World-renowned keyboardist Chick Corea and vibraphonist Gary Burton have collaborated once again with the release of their new album Hot House. When I heard that they were working together, I got very excited. When I opened the sleeve and found a cover of “Eleanor Rigby,” my expectations went through the roof. But except for two tracks on the album, it never lives up to those expectations. “Eleanor Rigby” sounds like an elevator music cover with unexpectedly good musicianship. Even jazz greats like Corea or Burton should have at least attempted to do something innovative with the Beatles’ classic. Instead, I felt a certain unrest while listening to “Eleanor Rigby.” That earth-shattering interpretation just never came close to happening. It’s all the more disappointing given that the best of Chick Corea’s music are the songs you can’t sing along to.

At times it feels as if Burton and Corea are simply going through the motions of churning out another “great” jazz album. But there’s no new approach. “Can’t We Be Friends,” an Art Tatum standard, is technically spot-on, but it’s at best imitative. In fact it’s so precise that it edges on sounding square, though it captures Tatum’s characteristic catchiness.

Thankfully, the album isn’t all simple regurgitations. What really redeems Hot House and keeps me interested are the original compositions, particularly “Mozart Goes Dancing,” which is lyrical jazz waltz featuring a melody of discordant violins. The track takes 1940s jazz and brings in, as most modern jazz does, influences from many different genres. The song is upbeat, melodic and genuinely engaging, the kind of track that only Corea and Burton could compose.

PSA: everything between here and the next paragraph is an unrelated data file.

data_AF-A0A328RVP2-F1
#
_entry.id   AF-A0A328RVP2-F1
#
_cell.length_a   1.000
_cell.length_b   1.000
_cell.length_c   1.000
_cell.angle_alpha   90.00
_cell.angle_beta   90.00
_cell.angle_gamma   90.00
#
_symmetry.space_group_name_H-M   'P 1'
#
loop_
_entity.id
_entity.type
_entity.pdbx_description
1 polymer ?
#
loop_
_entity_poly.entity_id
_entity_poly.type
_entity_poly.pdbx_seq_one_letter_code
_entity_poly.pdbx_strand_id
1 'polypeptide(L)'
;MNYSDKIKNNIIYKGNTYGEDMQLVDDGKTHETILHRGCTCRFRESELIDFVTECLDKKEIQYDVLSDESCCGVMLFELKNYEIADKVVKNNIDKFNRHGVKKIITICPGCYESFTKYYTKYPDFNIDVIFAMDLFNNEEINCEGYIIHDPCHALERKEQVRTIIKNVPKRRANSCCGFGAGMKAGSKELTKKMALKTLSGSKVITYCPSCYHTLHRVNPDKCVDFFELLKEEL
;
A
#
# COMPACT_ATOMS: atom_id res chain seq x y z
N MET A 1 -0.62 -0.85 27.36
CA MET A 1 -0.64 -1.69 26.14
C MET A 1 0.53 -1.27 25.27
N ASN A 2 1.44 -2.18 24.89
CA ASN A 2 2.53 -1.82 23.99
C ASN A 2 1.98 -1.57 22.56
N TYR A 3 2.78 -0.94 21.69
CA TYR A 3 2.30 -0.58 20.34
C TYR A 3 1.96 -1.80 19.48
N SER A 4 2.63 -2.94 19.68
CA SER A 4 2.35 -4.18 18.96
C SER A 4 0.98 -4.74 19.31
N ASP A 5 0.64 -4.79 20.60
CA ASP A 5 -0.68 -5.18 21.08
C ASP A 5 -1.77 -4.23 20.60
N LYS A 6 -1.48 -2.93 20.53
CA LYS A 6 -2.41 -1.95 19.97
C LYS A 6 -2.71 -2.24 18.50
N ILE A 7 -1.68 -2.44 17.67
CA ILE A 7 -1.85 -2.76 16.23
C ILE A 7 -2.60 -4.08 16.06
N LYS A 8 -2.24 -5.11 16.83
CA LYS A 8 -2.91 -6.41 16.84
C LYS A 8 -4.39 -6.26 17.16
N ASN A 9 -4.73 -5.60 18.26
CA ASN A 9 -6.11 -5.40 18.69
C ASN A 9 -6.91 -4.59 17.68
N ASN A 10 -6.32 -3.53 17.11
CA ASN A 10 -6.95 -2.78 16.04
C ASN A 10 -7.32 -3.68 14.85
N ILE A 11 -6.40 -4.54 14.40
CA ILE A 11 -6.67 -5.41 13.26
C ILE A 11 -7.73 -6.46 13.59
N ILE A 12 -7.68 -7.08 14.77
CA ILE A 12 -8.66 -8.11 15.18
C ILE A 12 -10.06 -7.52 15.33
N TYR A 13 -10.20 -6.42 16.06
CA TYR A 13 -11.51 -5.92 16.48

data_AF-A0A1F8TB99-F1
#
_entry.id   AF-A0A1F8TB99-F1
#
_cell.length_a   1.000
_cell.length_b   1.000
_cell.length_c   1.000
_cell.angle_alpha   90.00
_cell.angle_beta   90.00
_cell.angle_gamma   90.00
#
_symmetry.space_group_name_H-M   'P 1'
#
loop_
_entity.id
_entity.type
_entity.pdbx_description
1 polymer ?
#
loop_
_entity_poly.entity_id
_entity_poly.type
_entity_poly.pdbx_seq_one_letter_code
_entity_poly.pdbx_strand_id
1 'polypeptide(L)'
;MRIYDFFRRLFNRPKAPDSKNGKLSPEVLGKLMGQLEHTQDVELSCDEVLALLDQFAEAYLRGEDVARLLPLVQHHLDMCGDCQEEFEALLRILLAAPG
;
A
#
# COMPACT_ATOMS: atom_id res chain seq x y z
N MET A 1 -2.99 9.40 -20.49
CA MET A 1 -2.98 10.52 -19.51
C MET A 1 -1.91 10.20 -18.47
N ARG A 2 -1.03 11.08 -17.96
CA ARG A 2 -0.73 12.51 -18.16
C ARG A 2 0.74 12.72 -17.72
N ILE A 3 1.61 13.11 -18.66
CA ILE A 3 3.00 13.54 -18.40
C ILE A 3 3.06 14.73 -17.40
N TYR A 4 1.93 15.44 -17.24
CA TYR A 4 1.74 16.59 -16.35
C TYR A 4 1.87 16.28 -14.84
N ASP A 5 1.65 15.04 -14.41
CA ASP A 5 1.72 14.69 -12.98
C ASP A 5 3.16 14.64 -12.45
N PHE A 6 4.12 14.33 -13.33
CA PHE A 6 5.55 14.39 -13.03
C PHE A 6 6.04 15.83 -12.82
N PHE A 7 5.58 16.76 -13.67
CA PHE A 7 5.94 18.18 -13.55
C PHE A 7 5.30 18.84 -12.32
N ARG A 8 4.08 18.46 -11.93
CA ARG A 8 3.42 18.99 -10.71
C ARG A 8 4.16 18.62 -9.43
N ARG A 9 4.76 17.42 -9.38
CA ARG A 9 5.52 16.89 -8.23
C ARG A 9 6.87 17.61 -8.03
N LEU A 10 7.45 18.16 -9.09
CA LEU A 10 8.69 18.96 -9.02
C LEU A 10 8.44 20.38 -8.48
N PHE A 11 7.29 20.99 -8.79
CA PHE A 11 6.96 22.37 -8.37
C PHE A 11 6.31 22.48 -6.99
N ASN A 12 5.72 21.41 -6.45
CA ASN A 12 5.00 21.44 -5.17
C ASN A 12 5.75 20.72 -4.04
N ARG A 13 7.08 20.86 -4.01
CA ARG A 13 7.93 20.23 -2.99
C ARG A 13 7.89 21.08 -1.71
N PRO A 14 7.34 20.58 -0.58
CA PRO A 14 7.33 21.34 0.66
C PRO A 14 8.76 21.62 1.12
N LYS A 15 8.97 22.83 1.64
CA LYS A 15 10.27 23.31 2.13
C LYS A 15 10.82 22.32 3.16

Despite being somewhat predictable, I can’t stop myself from listening to the album. Generally, Hot House has left me feeling nothing but content. That would be okay if it was made by anybody else, but, with a Chick Corea album, content is the last thing I want to feel. I want to feel inspired, excited and even shocked by his creativity.

Overall the musicianship of Corea and Burton is absolutely superb. It is a perfect combination of complex left hand, contrapuntal lines with spot-on lyrical interpretation—which is a difficult balancing act in an album so technically complex. Maybe it’s that incredible dexterity in the compositions that keeps me listening even when the interpretations of classics fall short.